That would be better honestly, I like malbluff's first build for that purpose but I'd get a full ATX board.

Try something like this:

PCPartPicker part list / Price breakdown by merchant / Benchmarks

CPU: Intel Core i5-3470 3.2GHz Quad-Core Processor (£143.38 @ Amazon UK)
Motherboard: ASRock H77 Pro4/MVP ATX LGA1155 Motherboard (£71.90 @ Amazon UK)
Memory: Mushkin Blackline 8GB (2 x 4GB) DDR3-1600 Memory (£39.28 @ Amazon UK)
Storage: Samsung Spinpoint F3 1TB 3.5" 7200RPM Internal Hard Drive (£55.00 @ Ebuyer)
Video Card: XFX Radeon HD 7950 3GB Video Card (£216.98 @ Dabs)
Case: NZXT Source 210 (White) ATX Mid Tower Case (£33.47 @ Scan.co.uk)
Power Supply: Corsair Enthusiast 650W 80 PLUS Bronze Certified ATX12V / EPS12V Power Supply (£70.15 @ Scan.co.uk)
Optical Drive: Lite-On iHAS124-04 DVD/CD Writer (£19.99 @ Overclockers.co.uk)
Total: £650.15
(Prices include shipping, taxes, and discounts when available.)
a b 4 Gaming
November 5, 2012 7:26:53 PM

Wouldn't disagree drastically with anything there, although I do think it's worth paying a bit extra, for the Antec case, over the basic Souce 210. Just a question of where the budget can go.
November 5, 2012 7:34:42 PM

someone just told me that the 7950 that i'm going to get is a bad version of it because there is a boost version of it and im getting the old one, but i cant seem to find the boost version of it anywhere?
a b 4 Gaming
November 5, 2012 7:51:15 PM


Of those two, the Coolermaster, but they are no better than the Source 210. The Source isn't a bad case, except the ventilation's not brilliant. Same could be said of the Coolermaster, and CIT build quality is rubbish. Of the 3 I would stick with the Source, you can always add a fan. Just think the Antec is good case, worth the bit extra.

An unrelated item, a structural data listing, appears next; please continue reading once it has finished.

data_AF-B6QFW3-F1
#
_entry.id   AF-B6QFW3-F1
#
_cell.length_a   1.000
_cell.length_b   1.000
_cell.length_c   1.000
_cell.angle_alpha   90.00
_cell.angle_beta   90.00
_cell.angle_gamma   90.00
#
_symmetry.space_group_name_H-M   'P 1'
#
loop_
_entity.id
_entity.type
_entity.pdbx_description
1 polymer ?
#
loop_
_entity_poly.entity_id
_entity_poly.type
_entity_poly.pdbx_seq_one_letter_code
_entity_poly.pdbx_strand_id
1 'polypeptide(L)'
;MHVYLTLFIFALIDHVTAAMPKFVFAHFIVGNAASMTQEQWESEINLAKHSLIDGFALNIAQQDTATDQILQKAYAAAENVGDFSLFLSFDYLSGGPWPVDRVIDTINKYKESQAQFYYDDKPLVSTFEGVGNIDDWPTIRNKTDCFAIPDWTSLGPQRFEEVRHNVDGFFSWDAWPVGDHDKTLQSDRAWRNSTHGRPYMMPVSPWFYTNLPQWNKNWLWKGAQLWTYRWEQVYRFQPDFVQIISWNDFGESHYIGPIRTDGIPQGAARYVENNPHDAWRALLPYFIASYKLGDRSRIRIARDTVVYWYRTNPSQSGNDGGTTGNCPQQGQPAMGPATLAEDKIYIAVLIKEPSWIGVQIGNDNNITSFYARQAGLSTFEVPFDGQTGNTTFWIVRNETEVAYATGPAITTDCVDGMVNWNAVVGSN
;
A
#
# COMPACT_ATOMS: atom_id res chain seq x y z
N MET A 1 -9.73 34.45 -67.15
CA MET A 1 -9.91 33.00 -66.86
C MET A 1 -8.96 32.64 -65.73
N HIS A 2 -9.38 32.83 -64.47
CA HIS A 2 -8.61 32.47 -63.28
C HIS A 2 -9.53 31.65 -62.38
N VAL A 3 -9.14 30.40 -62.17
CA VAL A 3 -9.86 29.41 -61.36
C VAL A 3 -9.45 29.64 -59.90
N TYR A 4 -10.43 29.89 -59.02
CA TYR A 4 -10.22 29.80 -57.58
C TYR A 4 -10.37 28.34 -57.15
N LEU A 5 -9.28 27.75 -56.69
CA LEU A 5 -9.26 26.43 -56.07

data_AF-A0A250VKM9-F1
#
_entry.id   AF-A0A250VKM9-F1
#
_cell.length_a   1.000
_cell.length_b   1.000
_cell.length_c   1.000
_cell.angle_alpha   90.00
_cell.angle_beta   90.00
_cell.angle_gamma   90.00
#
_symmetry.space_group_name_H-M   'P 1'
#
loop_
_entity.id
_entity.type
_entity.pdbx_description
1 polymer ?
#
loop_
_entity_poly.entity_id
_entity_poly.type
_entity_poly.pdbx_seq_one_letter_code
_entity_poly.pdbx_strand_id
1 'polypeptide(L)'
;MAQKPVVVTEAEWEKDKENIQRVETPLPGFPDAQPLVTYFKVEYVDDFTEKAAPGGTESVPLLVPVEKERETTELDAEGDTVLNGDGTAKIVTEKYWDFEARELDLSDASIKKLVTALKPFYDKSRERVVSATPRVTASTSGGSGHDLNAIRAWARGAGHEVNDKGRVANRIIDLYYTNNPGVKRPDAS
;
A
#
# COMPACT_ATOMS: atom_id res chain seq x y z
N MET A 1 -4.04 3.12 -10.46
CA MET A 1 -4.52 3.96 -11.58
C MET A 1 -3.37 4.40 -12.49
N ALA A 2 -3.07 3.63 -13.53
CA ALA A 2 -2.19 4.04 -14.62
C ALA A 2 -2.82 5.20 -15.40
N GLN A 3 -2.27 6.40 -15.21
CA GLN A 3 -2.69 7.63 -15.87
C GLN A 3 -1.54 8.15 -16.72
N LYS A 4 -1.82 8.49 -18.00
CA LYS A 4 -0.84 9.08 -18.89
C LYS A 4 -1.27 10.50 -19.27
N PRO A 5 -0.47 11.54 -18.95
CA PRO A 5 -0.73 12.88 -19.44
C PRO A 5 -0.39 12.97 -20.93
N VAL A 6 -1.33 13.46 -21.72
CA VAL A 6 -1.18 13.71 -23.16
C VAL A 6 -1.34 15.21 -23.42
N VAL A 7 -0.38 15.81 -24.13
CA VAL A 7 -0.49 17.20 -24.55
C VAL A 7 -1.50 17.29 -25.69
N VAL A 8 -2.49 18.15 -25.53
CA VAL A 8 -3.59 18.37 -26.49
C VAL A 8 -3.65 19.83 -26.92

a b 4 Gaming
November 5, 2012 7:59:08 PM

Sret43rg said:
someone just told me that the 7950 that i'm going to get is a bad version of it because there is a boost version of it and im getting the old one, but i cant seem to find the boost version of it anywhere?

This is very good one.
PCPartPicker part list / Price breakdown by merchant / Benchmarks

Video Card: MSI Radeon HD 7950 3GB Video Card (£251.99 @ Overclockers.co.uk)
Total: £251.99
(Prices include shipping, taxes, and discounts when available.)


Or this is one you are possibly thinking of.
PCPartPicker part list / Price breakdown by merchant / Benchmarks

Video Card: XFX Radeon HD 7950 3GB Video Card (£239.75 @ Scan.co.uk)
Total: £239.75
(Prices include shipping, taxes, and discounts when available.)
November 5, 2012 8:49:03 PM

So they are basically the same card but it has a boost clock that i could overclock to achieve instead?
a b 4 Gaming
November 6, 2012 9:56:17 AM

True, to a degree. You can overclock a reference version, but the degree to which you actually can overclock, will vary, considerably, from card to card. It's a bit luck of the draw. "Boost" would appear, by a slightly different approach, to increase your chances to get a good overclock, possibly at some cost to reliability, or life expectancy.
There aren't many options, with the HD7950, for high factory overclocks, but, personally, I think you are best to either go with a basic version, which is cheaper, and accept that what you can achieve, by way of overclock, is a question of luck, or go with a slightly more expensive factory overclocked version, that does give some, if modest, guaranteed overclock. Depends how lucky you feel, really.
!